I'm a flame-worker and a metalsmith. Using these techniques I create the glass components for a clean, simple collection of contemporary jewellery. I am passionate about colour, specifically the light that passes through transparent colour.

I grew up in Ottawa and lived in the Arctic for twelve years before moving to Prince Edward Island in 1998. Originally I studied clothing design and I've sewn everything from tents to ball gowns, skiwear to sealskin backpacks. I studied metalwork at Arctic College in Iqaluit, Nunavut and after moving to PEI, added flame-work to my jewellery-making skills.

I hand make as much of each piece as I can because I enjoy the process. It's slow and careful and intentional.

My greatest reward is when someone says "It makes me smile every time I wear it."

For the glass components I heat the end of a clear glass rod in the flame of a propane and oxygen torch until the glass molten enough to wind around a steel mandrel. The mandrel has been coated in clay, which acts as a release so the glass component can be removed later. This is how the hole in the bead is created.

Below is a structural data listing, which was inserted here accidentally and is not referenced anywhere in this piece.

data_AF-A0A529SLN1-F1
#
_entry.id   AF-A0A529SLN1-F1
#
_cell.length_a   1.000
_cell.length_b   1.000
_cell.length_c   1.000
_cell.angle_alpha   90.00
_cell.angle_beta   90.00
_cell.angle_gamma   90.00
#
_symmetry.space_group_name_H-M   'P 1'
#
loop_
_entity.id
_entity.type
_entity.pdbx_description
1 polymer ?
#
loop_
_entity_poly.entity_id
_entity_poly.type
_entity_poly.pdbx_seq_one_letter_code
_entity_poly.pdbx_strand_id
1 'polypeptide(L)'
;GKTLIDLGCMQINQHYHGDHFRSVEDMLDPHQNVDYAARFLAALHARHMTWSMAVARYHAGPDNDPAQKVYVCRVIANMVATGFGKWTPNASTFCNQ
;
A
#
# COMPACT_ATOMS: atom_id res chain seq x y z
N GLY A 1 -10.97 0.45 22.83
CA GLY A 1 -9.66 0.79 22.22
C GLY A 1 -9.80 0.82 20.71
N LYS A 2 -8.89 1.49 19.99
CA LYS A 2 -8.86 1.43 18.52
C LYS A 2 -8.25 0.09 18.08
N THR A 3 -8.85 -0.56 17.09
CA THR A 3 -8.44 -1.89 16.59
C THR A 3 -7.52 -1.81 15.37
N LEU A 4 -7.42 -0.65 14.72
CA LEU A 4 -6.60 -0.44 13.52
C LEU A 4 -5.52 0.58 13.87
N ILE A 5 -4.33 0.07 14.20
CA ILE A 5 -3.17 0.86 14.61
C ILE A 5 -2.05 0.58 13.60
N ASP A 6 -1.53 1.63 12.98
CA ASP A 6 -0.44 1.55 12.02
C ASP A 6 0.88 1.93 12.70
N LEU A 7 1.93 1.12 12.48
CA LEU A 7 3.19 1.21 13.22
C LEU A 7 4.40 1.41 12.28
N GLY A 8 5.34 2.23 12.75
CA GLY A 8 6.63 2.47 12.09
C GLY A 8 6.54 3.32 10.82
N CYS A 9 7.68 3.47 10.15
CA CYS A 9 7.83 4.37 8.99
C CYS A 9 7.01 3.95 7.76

When the glass is hot enough to be sticky, I remove it from the flame and roll it in shards of coloured glass, known as frit. I return the bead to the flame to melt the frit and fuse it to the surface.

The beads are annealed in the kiln for approximately 7 hours. Annealing means to reduce the temperature of the glass at a slow enough rate to remove the tension from the glass. Annealing the glass makes the beads hard as marbles and therefore, unbreakable. The beads are then removed from the mandrels and any clay left in the hole is cleaned away using a diamond studded drill bit.

If I want the bead to have a matte surface, this is when I soak it in acid.

The metal components are all made with Argentium Sterling silver, which is sterling silver with a bit of germanium added to it, which makes it more tarnish-resistant. It's more expensive, but I love it!

I use a variety of hand tools to cut, file, sand, form, forge, solder and polish the metal components. 

All of the glass and metal components of Happy Glass are made in my studio except for the tiny silver balls, tags and fine chain. 

 

Happy Glass is an open studio which means that visitors can see the components and jewellery being made, and shop in the boutique, all in the same room.